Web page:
Stock Market Commentary
For the week of February 9, 2009
Investors shook off news that U.S. companies cut 598,000 jobs in January, the most since 1974, to focus on the economic stimulus plan before Congress. Although the unemployment rate now stands at 7.6 percent, the highest rate since 1992, the major indexes posted their first week of gains after four consecutive weeks of losses. The Dow ended the week up 3.7 percent to close at 8,280.59, and the S&P gained 5.3 percent to end the week at 868.60. The NASDAQ climbed 7.81 percent to finish the week at 1,591.71, pushing into positive territory for the year to date.
Service Shrink Slows – The U.S. service sector contracted for the fourth consecutive month in January, but at a slower pace than previous months. The Institute for Supply Management’s service sector index rose to 42.9 last month, from 40.1 in December. A reading above 50 indicates growth, while a reading below 50 signals contraction.
7-Year Itch – The Treasury Department announced last week that it would reintroduce its seven-year note and double the number of 30-year bond auctions from four to eight this year to address the soaring budget deficit. The seven-year notes will be offered beginning later this month. The Treasury will auction $67 billion worth of three-year, 10-year and 30-year Treasury securities this week, a record for a quarterly refunding, according to the Associated Press.
Payback – Every $1 billion spent to upgrade the country’s infrastructure creates an estimated 18,000 jobs, according to an economist from the University of Massachusetts (Source: BusinessWeek, BTN Research).
California Dreaming – California Gov. Arnold Schwarzenegger warned that his state could become insolvent “within weeks” on Thursday, Jan. 15, 2009. California is anticipating a $42 billion budget deficit over the next year. If California was a country, it would have the eighth largest economy in the world (Source: AP, FT, BTN Research).
Baby Costs – The hospital cost to have a baby (excluding the physician’s fee) has increased 5.7 percent per year over the past 25 years (i.e., 1984-2008), almost twice the 3 percent annual Consumer Price Index (CPI) rate over the same period. The CPI is a measure of inflation compiled by the Bureau of Labor Studies (Source: WSJ, DOL, BTN Research).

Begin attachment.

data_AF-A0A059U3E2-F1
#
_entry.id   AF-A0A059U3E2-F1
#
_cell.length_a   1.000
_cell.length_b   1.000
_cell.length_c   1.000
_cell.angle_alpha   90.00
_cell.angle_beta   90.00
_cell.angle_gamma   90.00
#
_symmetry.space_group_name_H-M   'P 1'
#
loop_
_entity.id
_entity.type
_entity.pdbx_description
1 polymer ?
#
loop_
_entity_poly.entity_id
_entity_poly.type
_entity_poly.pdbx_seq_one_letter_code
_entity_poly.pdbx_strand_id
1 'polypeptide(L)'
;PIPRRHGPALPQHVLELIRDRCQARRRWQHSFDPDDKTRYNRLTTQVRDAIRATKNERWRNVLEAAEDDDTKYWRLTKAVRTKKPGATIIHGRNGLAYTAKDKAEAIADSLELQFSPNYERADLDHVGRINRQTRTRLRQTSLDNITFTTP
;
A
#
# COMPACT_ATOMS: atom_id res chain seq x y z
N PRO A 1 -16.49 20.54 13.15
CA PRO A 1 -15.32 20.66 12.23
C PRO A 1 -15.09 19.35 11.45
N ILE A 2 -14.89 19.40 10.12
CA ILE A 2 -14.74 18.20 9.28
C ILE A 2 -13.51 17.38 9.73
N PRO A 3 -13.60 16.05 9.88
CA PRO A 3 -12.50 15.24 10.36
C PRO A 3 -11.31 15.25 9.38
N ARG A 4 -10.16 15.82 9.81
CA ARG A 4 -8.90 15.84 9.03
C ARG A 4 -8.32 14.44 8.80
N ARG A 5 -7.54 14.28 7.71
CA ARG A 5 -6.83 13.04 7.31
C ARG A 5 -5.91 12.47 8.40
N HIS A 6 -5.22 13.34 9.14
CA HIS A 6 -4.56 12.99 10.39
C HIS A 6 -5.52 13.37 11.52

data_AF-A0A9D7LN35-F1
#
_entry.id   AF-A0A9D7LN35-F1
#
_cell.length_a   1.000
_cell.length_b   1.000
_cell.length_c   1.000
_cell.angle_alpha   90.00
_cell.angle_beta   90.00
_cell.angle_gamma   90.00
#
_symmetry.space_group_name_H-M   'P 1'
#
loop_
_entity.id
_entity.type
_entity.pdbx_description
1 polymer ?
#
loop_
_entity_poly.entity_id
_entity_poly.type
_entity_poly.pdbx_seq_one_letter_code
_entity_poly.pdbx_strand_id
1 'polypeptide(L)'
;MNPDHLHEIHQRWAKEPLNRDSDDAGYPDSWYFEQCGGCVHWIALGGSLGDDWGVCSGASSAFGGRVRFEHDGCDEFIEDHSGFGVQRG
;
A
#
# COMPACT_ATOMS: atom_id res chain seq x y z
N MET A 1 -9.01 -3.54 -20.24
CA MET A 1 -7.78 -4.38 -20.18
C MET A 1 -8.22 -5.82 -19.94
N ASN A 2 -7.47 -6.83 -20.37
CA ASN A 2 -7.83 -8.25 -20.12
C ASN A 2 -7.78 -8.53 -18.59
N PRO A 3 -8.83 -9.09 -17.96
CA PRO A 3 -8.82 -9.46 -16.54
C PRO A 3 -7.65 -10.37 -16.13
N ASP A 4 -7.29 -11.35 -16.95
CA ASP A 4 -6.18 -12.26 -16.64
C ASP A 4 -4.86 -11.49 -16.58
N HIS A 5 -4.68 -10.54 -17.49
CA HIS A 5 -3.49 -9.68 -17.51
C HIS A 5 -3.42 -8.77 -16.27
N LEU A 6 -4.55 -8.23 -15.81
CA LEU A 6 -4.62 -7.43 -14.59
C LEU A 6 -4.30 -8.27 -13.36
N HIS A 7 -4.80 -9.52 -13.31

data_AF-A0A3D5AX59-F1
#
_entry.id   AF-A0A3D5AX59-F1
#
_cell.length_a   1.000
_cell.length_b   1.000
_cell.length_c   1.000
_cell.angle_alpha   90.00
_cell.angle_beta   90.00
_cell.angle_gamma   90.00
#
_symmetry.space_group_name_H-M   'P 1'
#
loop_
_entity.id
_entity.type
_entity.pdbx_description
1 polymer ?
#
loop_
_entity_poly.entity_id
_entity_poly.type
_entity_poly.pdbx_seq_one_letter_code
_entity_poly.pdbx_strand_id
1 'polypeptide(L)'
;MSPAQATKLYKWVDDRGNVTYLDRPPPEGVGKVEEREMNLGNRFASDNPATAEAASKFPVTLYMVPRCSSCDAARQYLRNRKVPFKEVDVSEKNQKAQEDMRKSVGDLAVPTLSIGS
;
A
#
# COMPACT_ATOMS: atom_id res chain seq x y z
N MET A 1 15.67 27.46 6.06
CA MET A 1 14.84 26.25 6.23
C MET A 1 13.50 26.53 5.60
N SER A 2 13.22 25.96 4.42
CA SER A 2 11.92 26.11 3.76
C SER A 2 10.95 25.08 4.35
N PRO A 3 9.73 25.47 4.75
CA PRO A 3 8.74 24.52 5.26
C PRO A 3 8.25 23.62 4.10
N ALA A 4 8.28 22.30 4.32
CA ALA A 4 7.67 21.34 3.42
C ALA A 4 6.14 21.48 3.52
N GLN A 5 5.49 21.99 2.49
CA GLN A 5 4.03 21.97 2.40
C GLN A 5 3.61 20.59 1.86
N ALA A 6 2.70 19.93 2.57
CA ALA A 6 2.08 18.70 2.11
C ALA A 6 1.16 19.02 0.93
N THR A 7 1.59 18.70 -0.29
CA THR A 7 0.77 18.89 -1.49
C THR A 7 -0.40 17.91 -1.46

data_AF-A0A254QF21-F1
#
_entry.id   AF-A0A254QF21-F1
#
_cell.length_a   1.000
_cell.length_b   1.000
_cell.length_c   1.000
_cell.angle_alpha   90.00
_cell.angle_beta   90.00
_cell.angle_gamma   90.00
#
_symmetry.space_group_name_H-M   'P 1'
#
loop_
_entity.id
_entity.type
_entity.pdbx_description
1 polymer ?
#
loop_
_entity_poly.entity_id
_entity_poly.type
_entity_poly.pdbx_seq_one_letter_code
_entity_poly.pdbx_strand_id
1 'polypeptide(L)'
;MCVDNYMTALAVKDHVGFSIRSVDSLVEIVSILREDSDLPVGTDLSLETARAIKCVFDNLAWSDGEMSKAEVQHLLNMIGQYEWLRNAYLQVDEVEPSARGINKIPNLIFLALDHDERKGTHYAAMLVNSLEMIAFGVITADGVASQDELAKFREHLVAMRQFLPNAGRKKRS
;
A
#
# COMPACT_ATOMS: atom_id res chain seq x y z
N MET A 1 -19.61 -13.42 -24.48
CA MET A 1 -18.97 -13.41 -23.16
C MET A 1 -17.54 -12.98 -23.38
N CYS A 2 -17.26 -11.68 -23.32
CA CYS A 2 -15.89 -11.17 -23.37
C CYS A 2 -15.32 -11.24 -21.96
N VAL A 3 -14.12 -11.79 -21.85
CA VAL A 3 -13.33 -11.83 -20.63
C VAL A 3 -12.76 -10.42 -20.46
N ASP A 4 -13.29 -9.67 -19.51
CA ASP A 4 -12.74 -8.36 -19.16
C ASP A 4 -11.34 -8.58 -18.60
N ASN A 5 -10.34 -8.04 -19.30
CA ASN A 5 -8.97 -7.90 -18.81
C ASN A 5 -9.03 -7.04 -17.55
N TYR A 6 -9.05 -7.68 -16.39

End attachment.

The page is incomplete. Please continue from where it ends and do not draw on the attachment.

WEEKLY FOCUS – IRS Allows Second 529 Plan Change in 2009
In a recently issued notice, the Treasury Department and the Internal Revenue Service announced that owners of 529 college savings and prepaid tuition plans can change investment options twice during calendar year 2009, rather than just once. The exception, made only for this year, is intended to help 529 owners adjust to the dramatic changes in the financial markets.
529 plans, also called Qualified Tuition Plans or QTPs, allow a family to make after-tax cash contributions for the purpose of covering education-related expenses. Every state sponsors at least one plan, and plans are managed by investment companies. Withdrawals are tax free, provided they don’t exceed the educational expenses, which can include tuition, room and board, fees, books and other required equipment. Grants and scholarships offset the expenses, and any excess from the 529 plan is then taxed. One winning feature of 529 plans has been the ability to roll the account to another beneficiary type. That way, if one child decides not to attend college, or there is more money in the account than one child needs, the account balance can be used for another child.
Plans can vary greatly from state to state in regard to using the funds at an in-state or out-of-state institution, and most states allow residents from other states to invest in their plans. While federal law requires a cap on allowable contributions to 529 plans, the cap amount differs from state to state. In addition, plans can range greatly on the fees they charge, from enrollment fees to yearly maintenance and management fees.
All those variations can make comparing plans and selecting one for your child or grandchild a daunting task. Now you have the additional concern of whether to change investment options, and when. Our office can help you determine whether a 529 plan makes sense for your child or grandchild, and can guide you in selecting a plan that suits your family’s needs. Call our office for an appointment.
As with other investments, there are generally fees and expenses associated with participation in a 529 savings plan. Qualified withdrawals are tax-free. Non-qualified withdrawals are subject to ordinary income tax and the earnings may incur a 10 percent penalty. The tax implications of 529 plans can vary significantly from state to state. Most states offer their own 529 programs, which may provide advantages and benefits exclusively for their residents and taxpayers.
* The Standard & Poor’s 500 (S&P 500) is an unmanaged group of securities considered to be representative of the stock market in general. The Dow Jones Industrial Average is a price-weighted index of 30 actively traded blue-chip stocks. NASDAQ Composite Index is an unmanaged, market-weighted index of all over-the-counter common stocks traded on the National Association of Securities Dealers Automated Quotation System. The Morgan Stanley Capital International Europe, Australia and Far East Index (MSCI EAFE Index) is a widely recognized benchmark of non-U.S. stock markets. It is an unmanaged index composed of a sample of companies representative of the market structure of 20 European and Pacific Basin countries and includes reinvestment of all dividends. Written by Securities America. SAI# 293823